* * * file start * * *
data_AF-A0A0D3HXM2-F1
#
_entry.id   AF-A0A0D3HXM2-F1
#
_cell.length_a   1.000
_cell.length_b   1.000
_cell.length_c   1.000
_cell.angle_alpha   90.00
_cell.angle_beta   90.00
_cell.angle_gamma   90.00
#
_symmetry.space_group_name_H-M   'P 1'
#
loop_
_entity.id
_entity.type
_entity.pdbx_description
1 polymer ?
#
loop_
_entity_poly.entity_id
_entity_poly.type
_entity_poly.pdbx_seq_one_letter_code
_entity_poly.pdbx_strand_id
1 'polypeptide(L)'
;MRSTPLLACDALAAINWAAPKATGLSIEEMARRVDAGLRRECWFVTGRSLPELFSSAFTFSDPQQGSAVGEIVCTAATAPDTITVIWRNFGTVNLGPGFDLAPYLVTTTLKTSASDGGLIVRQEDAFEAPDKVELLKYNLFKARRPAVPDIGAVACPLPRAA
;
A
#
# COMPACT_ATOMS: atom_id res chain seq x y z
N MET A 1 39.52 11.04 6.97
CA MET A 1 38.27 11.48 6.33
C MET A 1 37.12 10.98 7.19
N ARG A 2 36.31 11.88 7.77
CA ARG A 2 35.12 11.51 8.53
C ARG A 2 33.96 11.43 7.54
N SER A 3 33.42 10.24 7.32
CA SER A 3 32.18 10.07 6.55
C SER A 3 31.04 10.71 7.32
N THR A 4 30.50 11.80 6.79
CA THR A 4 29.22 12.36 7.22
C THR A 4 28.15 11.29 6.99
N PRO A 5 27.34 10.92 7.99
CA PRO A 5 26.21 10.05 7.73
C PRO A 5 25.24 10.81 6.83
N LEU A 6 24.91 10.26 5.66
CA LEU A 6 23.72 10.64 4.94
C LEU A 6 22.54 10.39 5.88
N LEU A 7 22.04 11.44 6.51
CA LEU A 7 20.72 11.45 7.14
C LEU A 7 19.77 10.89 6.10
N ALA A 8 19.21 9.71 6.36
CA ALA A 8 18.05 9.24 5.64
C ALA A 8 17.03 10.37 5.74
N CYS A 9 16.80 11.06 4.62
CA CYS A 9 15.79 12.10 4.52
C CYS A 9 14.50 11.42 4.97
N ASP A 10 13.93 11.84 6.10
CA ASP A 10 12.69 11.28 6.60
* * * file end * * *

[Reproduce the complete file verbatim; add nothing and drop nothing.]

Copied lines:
data_AF-A0A0D3HXM2-F1
#
_entry.id   AF-A0A0D3HXM2-F1
#
_cell.length_a   1.000
_cell.length_b   1.000
_cell.length_c   1.000
_cell.angle_alpha   90.00
_cell.angle_beta   90.00
_cell.angle_gamma   90.00
#
_symmetry.space_group_name_H-M   'P 1'
#
loop_
_entity.id
_entity.type
_entity.pdbx_description
1 polymer ?
#
loop_
_entity_poly.entity_id
_entity_poly.type
_entity_poly.pdbx_seq_one_letter_code
_entity_poly.pdbx_strand_id
1 'polypeptide(L)'
;MRSTPLLACDALAAINWAAPKATGLSIEEMARRVDAGLRRECWFVTGRSLPELFSSAFTFSDPQQGSAVGEIVCTAATAPDTITVIWRNFGTVNLGPGFDLAPYLVTTTLKTSASDGGLIVRQEDAFEAPDKVELLKYNLFKARRPAVPDIGAVACPLPRAA
;
A
#
# COMPACT_ATOMS: atom_id res chain seq x y z
N MET A 1 39.52 11.04 6.97
CA MET A 1 38.27 11.48 6.33
C MET A 1 37.12 10.98 7.19
N ARG A 2 36.31 11.88 7.77
CA ARG A 2 35.12 11.51 8.53
C ARG A 2 33.96 11.43 7.54
N SER A 3 33.42 10.24 7.32
CA SER A 3 32.18 10.07 6.55
C SER A 3 31.04 10.71 7.32
N THR A 4 30.50 11.80 6.79
CA THR A 4 29.22 12.36 7.22
C THR A 4 28.15 11.29 6.99
N PRO A 5 27.34 10.92 7.99
CA PRO A 5 26.21 10.05 7.73
C PRO A 5 25.24 10.81 6.83
N LEU A 6 24.91 10.26 5.66
CA LEU A 6 23.72 10.64 4.94
C LEU A 6 22.54 10.39 5.88
N LEU A 7 22.04 11.44 6.51
CA LEU A 7 20.72 11.45 7.14
C LEU A 7 19.77 10.89 6.10
N ALA A 8 19.21 9.71 6.36
CA ALA A 8 18.05 9.24 5.64
C ALA A 8 17.03 10.37 5.74
N CYS A 9 16.80 11.06 4.62
CA CYS A 9 15.79 12.10 4.52
C CYS A 9 14.50 11.42 4.97
N ASP A 10 13.93 11.84 6.10
CA ASP A 10 12.69 11.28 6.60